FORT WORTH A Bright New Boise, receiving its regional premiere at Circle Theatre, is not an easy play.
And that is what makes it so rewarding.
This drama by Samuel D. Hunter, which won an Obie Award (the coveted honor for off-Broadway shows) for best playwriting in 2011, deals with an ordinary man, Will (Chip Wood), whose extraordinary religious faith has placed him at odds with the world around him. After being part of a Branch Davidian-like cult that is torn asunder by a murder scandal, Will tries to set his life on a new path by taking a job at a Hobby Lobby in Boise.
But it is a not a love of silk flowers and glue guns that draws him to that particular retail job. He signs on to try to reconnect with his son, Alex (Michael McMillan), who works there. It is not an easy task because the teenaged Alex was given up at birth by his mother and raised by a foster family.
In the break room at his new workplace, where most of the play's action takes place, Will tries to win over a skeptical Alex, while sparring with the boy's foster brother, Leroy (Montgomery Sutton), coping with his frazzled boss Pauline (Morgan McClure) and trying to figure out his well-meaning, but hopelessly odd and clueless, co-worker Ana (Jenny King).
When the story of Will's past is revealed, his situation becomes increasingly tense and desperate. But the reactions of those around him provide all the thunder and lightning in this stormy environment, while Will stands almost passively, like the eye of a hurricane, as the chaos he has created swirls around him.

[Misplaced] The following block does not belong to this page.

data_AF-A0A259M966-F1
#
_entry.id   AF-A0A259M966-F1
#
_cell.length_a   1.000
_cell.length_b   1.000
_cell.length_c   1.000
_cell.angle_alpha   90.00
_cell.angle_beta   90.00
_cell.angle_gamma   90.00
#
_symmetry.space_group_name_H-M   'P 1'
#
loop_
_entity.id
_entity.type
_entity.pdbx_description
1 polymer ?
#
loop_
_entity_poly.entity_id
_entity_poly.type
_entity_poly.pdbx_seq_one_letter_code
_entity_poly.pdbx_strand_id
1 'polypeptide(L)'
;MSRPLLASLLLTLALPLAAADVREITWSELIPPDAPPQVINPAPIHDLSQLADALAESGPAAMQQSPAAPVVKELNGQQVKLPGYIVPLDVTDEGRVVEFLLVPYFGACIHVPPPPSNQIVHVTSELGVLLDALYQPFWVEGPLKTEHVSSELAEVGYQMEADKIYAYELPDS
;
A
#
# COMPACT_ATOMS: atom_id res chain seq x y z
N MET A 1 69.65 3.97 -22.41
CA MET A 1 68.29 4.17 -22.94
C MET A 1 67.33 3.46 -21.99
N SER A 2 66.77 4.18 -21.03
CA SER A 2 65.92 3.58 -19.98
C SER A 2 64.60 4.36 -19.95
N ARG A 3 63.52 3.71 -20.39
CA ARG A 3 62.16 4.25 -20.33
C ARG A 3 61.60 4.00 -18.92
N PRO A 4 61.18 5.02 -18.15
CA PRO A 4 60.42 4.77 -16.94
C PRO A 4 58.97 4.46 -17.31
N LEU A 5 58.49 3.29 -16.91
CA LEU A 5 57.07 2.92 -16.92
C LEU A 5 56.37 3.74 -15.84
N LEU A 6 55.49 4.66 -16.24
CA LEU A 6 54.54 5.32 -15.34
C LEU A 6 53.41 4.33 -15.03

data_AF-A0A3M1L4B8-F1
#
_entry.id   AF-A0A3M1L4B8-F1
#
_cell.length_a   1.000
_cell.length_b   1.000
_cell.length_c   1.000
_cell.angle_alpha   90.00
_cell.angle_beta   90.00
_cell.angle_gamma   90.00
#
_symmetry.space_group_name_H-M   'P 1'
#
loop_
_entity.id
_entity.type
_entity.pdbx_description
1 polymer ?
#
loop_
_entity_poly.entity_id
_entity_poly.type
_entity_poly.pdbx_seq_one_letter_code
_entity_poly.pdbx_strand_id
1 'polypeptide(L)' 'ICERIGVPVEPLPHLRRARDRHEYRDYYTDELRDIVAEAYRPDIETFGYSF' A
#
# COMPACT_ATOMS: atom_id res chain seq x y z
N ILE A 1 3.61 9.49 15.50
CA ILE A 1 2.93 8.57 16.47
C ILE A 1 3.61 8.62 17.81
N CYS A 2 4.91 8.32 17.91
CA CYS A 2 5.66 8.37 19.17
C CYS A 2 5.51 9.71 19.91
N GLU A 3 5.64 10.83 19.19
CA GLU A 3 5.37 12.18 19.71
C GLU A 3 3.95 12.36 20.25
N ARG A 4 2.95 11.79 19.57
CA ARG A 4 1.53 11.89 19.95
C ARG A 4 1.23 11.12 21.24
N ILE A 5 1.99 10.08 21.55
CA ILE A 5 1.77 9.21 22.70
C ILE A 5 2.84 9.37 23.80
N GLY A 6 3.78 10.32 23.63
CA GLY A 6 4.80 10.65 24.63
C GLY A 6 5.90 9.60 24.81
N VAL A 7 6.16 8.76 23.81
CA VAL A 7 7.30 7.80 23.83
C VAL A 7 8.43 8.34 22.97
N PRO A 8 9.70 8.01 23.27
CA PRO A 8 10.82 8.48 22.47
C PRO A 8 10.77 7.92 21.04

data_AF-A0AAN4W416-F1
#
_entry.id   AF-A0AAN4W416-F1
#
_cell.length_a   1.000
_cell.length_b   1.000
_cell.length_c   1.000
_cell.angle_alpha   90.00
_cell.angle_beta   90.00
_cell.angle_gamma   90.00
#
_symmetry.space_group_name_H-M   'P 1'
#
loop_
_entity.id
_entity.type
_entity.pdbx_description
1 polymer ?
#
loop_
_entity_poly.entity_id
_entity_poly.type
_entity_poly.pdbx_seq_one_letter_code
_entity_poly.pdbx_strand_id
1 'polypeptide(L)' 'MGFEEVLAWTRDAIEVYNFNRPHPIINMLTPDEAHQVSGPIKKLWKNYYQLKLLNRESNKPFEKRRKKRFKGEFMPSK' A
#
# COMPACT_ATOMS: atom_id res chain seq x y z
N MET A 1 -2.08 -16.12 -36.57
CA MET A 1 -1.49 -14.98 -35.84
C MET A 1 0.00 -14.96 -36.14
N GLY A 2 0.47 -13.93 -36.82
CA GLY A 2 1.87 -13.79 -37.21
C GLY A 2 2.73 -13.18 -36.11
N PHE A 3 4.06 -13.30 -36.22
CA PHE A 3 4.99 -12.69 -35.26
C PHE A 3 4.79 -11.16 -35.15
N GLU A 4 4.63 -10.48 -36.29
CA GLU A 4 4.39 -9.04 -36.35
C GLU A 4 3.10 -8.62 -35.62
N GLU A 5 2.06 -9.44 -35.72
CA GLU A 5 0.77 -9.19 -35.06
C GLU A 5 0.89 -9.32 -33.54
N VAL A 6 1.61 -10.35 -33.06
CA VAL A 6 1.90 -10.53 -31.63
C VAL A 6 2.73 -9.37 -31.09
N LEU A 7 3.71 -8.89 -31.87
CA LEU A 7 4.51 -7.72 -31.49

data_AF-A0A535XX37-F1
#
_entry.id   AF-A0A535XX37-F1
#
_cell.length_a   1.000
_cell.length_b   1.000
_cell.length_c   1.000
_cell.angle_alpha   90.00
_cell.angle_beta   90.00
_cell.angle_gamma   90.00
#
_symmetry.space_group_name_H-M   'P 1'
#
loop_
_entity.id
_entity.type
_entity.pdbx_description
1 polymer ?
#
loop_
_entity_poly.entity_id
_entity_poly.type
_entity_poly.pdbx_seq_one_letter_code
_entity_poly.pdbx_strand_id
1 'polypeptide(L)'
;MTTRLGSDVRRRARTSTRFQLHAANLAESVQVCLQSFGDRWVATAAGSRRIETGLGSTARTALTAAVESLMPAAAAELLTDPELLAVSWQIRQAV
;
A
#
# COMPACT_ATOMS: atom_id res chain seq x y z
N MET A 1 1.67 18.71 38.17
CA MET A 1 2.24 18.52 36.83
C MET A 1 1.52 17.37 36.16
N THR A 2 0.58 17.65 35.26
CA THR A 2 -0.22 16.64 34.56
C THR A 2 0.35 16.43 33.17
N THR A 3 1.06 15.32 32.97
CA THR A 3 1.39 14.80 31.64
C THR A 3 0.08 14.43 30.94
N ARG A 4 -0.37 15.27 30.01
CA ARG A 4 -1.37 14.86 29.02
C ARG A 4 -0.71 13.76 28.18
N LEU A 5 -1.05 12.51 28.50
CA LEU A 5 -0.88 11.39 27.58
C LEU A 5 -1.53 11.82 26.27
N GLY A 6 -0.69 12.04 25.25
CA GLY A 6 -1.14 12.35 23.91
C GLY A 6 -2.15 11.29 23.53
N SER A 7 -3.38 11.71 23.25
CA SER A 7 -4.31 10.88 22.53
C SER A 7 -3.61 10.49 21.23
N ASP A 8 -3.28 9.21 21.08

In the interactions among the characters, the importance of faith and fatherhood dominate the exchanges. From these verbal battles, clearer portraits of each of the characters emerge.
But the beauty of this play is that it will not provide you with any simple answers. Exactly who bears how much blame for what act is painted in shifting shades of gray, not pure blacks and whites. So the audience is invited to draw its own conclusions about where the lines are drawn between deep faith and dangerous insanity.
Director Steven Pounders does a brilliant job with the pacing of this gripping drama, which is presented in a single, long act (about 95 minutes). Its overall forward movement, and its peaks and valleys, are perfectly modulated. A fine actor himself, Pounders also did outstanding work in terms of casting and preparing his players. Everyone seems born to play their roles and Pounders apparently helped all of them take their acting chops to a new level for this show.
Wood, making his Circle Theatre debut, is ideal as the troubled Will, managing to fully realize a character that has to be simultaneously benign and potentially explosive. McClure is wonderful as the strained-to-the-breaking-point manager. Her frequent unexpected entrances are like flashes of light in the darkness of this play's world. Sutton could turn it down a notch in a few places, but he is highly compelling overall as a powerful and protective loose cannon who can turn the break room into a war zone.
So there is a lot to love in this well-written and well-staged play. Also, as entertaining as it is between the curtains, you are apt of find that much of the enjoyment of the experience will come after this thought provoking play is over.